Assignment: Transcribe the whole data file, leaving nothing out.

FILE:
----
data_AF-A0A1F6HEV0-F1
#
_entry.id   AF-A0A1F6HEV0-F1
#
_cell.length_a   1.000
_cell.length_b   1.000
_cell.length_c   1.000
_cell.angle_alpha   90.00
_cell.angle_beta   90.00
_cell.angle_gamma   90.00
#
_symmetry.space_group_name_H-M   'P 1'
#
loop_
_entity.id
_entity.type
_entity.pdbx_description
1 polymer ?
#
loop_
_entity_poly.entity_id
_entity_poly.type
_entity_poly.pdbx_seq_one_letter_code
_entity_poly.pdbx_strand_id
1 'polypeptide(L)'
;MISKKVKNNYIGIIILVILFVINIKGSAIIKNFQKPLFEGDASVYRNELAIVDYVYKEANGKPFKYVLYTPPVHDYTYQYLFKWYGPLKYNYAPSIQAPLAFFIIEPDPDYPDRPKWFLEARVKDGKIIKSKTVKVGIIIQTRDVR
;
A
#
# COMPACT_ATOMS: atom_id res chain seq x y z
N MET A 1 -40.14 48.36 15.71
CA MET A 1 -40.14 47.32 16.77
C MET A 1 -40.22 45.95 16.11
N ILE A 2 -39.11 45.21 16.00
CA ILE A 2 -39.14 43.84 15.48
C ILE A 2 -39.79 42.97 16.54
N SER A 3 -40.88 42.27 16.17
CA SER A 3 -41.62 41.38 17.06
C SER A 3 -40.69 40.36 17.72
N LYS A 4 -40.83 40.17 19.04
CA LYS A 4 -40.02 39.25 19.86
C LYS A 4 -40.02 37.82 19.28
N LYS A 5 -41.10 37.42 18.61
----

data_AF-A0A1F6HEV0-F1
#
_entry.id   AF-A0A1F6HEV0-F1
#
_cell.length_a   1.000
_cell.length_b   1.000
_cell.length_c   1.000
_cell.angle_alpha   90.00
_cell.angle_beta   90.00
_cell.angle_gamma   90.00
#
_symmetry.space_group_name_H-M   'P 1'
#
loop_
_entity.id
_entity.type
_entity.pdbx_description
1 polymer ?
#
loop_
_entity_poly.entity_id
_entity_poly.type
_entity_poly.pdbx_seq_one_letter_code
_entity_poly.pdbx_strand_id
1 'polypeptide(L)'
;MISKKVKNNYIGIIILVILFVINIKGSAIIKNFQKPLFEGDASVYRNELAIVDYVYKEANGKPFKYVLYTPPVHDYTYQYLFKWYGPLKYNYAPSIQAPLAFFIIEPDPDYPDRPKWFLEARVKDGKIIKSKTVKVGIIIQTRDVR
;
A
#
# COMPACT_ATOMS: atom_id res chain seq x y z
N MET A 1 -40.14 48.36 15.71
CA MET A 1 -40.14 47.32 16.77
C MET A 1 -40.22 45.95 16.11
N ILE A 2 -39.11 45.21 16.00
CA ILE A 2 -39.14 43.84 15.48
C ILE A 2 -39.79 42.97 16.54
N SER A 3 -40.88 42.27 16.17
CA SER A 3 -41.62 41.38 17.06
C SER A 3 -40.69 40.36 17.72
N LYS A 4 -40.83 40.17 19.04
CA LYS A 4 -40.02 39.25 19.86
C LYS A 4 -40.02 37.82 19.28
N LYS A 5 -41.10 37.42 18.61